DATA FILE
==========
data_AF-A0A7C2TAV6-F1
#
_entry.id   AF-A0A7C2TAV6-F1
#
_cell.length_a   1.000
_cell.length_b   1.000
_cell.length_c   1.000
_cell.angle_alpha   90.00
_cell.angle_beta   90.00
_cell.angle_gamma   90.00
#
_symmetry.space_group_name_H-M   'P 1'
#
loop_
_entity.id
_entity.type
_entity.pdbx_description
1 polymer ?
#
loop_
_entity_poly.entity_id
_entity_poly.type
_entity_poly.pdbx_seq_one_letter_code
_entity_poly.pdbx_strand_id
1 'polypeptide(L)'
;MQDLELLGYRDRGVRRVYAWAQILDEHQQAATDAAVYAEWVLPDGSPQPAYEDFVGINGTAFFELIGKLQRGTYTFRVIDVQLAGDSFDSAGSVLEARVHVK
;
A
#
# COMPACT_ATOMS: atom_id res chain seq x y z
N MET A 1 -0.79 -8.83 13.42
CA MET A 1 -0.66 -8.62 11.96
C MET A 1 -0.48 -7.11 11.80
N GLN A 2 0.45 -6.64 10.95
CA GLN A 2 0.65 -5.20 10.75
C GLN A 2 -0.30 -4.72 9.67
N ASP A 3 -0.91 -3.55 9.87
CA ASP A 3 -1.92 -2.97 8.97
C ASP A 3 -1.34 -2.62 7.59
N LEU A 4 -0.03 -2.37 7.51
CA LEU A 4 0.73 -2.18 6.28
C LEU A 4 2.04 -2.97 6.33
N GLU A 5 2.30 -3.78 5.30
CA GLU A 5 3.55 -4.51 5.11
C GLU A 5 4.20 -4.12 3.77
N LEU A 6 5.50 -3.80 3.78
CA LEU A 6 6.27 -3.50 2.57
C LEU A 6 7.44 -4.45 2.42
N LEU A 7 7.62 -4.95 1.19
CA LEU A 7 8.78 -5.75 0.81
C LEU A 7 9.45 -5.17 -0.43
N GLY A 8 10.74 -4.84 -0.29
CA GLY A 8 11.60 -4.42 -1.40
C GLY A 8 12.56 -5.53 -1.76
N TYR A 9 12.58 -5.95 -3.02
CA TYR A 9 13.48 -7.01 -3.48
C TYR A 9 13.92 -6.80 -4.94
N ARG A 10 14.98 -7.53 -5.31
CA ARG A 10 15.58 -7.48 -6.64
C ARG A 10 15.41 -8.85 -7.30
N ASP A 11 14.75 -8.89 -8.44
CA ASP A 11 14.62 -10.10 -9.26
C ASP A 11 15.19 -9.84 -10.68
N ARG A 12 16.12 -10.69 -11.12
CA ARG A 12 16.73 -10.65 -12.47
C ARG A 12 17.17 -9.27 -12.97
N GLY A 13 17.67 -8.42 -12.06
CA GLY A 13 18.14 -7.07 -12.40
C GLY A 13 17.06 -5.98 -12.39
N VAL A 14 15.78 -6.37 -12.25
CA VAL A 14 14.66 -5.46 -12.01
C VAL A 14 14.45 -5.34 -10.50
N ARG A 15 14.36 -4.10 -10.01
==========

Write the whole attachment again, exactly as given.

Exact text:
data_AF-A0A7C2TAV6-F1
#
_entry.id   AF-A0A7C2TAV6-F1
#
_cell.length_a   1.000
_cell.length_b   1.000
_cell.length_c   1.000
_cell.angle_alpha   90.00
_cell.angle_beta   90.00
_cell.angle_gamma   90.00
#
_symmetry.space_group_name_H-M   'P 1'
#
loop_
_entity.id
_entity.type
_entity.pdbx_description
1 polymer ?
#
loop_
_entity_poly.entity_id
_entity_poly.type
_entity_poly.pdbx_seq_one_letter_code
_entity_poly.pdbx_strand_id
1 'polypeptide(L)'
;MQDLELLGYRDRGVRRVYAWAQILDEHQQAATDAAVYAEWVLPDGSPQPAYEDFVGINGTAFFELIGKLQRGTYTFRVIDVQLAGDSFDSAGSVLEARVHVK
;
A
#
# COMPACT_ATOMS: atom_id res chain seq x y z
N MET A 1 -0.79 -8.83 13.42
CA MET A 1 -0.66 -8.62 11.96
C MET A 1 -0.48 -7.11 11.80
N GLN A 2 0.45 -6.64 10.95
CA GLN A 2 0.65 -5.20 10.75
C GLN A 2 -0.30 -4.72 9.67
N ASP A 3 -0.91 -3.55 9.87
CA ASP A 3 -1.92 -2.97 8.97
C ASP A 3 -1.34 -2.62 7.59
N LEU A 4 -0.03 -2.37 7.51
CA LEU A 4 0.73 -2.18 6.28
C LEU A 4 2.04 -2.97 6.33
N GLU A 5 2.30 -3.78 5.30
CA GLU A 5 3.55 -4.51 5.11
C GLU A 5 4.20 -4.12 3.77
N LEU A 6 5.50 -3.80 3.78
CA LEU A 6 6.27 -3.50 2.57
C LEU A 6 7.44 -4.45 2.42
N LEU A 7 7.62 -4.95 1.19
CA LEU A 7 8.78 -5.75 0.81
C LEU A 7 9.45 -5.17 -0.43
N GLY A 8 10.74 -4.84 -0.29
CA GLY A 8 11.60 -4.42 -1.40
C GLY A 8 12.56 -5.53 -1.76
N TYR A 9 12.58 -5.95 -3.02
CA TYR A 9 13.48 -7.01 -3.48
C TYR A 9 13.92 -6.80 -4.94
N ARG A 10 14.98 -7.53 -5.31
CA ARG A 10 15.58 -7.48 -6.64
C ARG A 10 15.41 -8.85 -7.30
N ASP A 11 14.75 -8.89 -8.44
CA ASP A 11 14.62 -10.10 -9.26
C ASP A 11 15.19 -9.84 -10.68
N ARG A 12 16.12 -10.69 -11.12
CA ARG A 12 16.73 -10.65 -12.47
C ARG A 12 17.17 -9.27 -12.97
N GLY A 13 17.67 -8.42 -12.06
CA GLY A 13 18.14 -7.07 -12.40
C GLY A 13 17.06 -5.98 -12.39
N VAL A 14 15.78 -6.37 -12.25
CA VAL A 14 14.66 -5.46 -12.01
C VAL A 14 14.45 -5.34 -10.50
N ARG A 15 14.36 -4.10 -10.01